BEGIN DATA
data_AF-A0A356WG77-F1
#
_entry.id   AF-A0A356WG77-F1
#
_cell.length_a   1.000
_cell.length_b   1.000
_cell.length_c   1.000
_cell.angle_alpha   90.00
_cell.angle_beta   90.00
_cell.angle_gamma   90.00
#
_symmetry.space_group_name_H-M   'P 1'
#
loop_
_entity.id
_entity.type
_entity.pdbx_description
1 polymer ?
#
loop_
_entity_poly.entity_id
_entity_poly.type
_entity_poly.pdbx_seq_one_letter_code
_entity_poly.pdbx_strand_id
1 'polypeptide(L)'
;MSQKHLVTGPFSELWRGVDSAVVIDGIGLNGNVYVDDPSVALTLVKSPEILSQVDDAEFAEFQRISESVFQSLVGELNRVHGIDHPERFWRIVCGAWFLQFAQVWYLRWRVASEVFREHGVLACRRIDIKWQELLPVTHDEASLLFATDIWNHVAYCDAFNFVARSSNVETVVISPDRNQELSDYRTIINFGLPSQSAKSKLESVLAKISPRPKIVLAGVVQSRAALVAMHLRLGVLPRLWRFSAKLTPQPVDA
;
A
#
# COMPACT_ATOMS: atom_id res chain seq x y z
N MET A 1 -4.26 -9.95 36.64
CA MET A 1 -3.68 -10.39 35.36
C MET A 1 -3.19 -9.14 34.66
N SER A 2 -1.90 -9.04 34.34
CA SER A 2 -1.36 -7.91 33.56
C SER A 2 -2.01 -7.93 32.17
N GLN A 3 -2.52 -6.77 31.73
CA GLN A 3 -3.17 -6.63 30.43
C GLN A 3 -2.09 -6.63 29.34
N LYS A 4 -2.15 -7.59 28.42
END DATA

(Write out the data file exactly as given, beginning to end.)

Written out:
data_AF-A0A356WG77-F1
#
_entry.id   AF-A0A356WG77-F1
#
_cell.length_a   1.000
_cell.length_b   1.000
_cell.length_c   1.000
_cell.angle_alpha   90.00
_cell.angle_beta   90.00
_cell.angle_gamma   90.00
#
_symmetry.space_group_name_H-M   'P 1'
#
loop_
_entity.id
_entity.type
_entity.pdbx_description
1 polymer ?
#
loop_
_entity_poly.entity_id
_entity_poly.type
_entity_poly.pdbx_seq_one_letter_code
_entity_poly.pdbx_strand_id
1 'polypeptide(L)'
;MSQKHLVTGPFSELWRGVDSAVVIDGIGLNGNVYVDDPSVALTLVKSPEILSQVDDAEFAEFQRISESVFQSLVGELNRVHGIDHPERFWRIVCGAWFLQFAQVWYLRWRVASEVFREHGVLACRRIDIKWQELLPVTHDEASLLFATDIWNHVAYCDAFNFVARSSNVETVVISPDRNQELSDYRTIINFGLPSQSAKSKLESVLAKISPRPKIVLAGVVQSRAALVAMHLRLGVLPRLWRFSAKLTPQPVDA
;
A
#
# COMPACT_ATOMS: atom_id res chain seq x y z
N MET A 1 -4.26 -9.95 36.64
CA MET A 1 -3.68 -10.39 35.36
C MET A 1 -3.19 -9.14 34.66
N SER A 2 -1.90 -9.04 34.34
CA SER A 2 -1.36 -7.91 33.56
C SER A 2 -2.01 -7.93 32.17
N GLN A 3 -2.52 -6.77 31.73
CA GLN A 3 -3.17 -6.63 30.43
C GLN A 3 -2.09 -6.63 29.34
N LYS A 4 -2.15 -7.59 28.42